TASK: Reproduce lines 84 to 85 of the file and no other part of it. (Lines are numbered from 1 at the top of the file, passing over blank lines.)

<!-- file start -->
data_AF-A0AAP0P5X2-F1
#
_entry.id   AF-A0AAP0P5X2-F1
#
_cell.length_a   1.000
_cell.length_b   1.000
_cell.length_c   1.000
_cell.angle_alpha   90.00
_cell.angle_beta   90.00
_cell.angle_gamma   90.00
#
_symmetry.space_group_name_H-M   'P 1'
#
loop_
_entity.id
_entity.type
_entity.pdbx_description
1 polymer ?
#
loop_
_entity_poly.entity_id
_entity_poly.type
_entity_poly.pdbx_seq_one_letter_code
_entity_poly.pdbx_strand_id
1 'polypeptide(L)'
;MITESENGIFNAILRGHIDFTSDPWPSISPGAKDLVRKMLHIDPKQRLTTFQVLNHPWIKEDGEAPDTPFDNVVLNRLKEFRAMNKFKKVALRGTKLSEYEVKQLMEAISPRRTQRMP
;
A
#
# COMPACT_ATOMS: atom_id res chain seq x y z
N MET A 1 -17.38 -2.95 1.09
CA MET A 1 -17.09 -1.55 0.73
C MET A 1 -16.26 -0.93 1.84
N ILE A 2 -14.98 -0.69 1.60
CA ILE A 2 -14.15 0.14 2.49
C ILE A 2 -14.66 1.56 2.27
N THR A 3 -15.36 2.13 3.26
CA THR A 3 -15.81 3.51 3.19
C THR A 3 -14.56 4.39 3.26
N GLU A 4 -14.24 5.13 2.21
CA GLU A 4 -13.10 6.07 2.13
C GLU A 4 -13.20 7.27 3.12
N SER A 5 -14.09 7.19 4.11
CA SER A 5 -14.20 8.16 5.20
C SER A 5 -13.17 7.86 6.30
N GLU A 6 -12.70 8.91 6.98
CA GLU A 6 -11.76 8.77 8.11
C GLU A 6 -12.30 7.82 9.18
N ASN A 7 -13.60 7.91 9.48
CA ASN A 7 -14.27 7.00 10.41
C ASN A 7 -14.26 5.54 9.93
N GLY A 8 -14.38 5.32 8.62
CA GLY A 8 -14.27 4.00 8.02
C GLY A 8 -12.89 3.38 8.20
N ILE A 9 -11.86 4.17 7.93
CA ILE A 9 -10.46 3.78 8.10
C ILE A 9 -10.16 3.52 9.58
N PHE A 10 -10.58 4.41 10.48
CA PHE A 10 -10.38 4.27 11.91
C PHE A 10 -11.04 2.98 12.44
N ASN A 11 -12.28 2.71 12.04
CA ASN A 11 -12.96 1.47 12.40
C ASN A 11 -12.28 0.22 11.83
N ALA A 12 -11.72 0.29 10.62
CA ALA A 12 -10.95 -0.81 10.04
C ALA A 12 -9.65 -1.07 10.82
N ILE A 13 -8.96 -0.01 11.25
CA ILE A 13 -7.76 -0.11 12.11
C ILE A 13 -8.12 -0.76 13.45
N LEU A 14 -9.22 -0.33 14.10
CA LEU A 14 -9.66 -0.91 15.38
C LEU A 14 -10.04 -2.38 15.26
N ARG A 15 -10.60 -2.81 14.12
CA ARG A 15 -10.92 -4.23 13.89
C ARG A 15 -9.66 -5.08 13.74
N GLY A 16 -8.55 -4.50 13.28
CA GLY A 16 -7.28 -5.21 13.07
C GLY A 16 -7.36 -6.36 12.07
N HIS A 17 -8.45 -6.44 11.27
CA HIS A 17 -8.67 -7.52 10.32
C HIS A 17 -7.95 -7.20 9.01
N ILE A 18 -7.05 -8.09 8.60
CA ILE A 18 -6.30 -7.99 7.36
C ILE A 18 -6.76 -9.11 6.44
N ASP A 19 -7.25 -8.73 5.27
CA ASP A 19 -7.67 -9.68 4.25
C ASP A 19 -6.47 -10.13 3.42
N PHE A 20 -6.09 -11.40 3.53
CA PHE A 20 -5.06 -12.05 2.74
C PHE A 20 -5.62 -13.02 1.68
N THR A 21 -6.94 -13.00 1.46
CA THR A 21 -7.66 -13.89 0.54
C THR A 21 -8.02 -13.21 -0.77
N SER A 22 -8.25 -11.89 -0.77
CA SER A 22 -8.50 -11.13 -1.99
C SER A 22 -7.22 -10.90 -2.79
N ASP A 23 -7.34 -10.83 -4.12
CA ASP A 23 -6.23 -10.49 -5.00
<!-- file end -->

C ILE A 18 -6.76 -9.11 6.44
N ASP A 19 -7.25 -8.73 5.27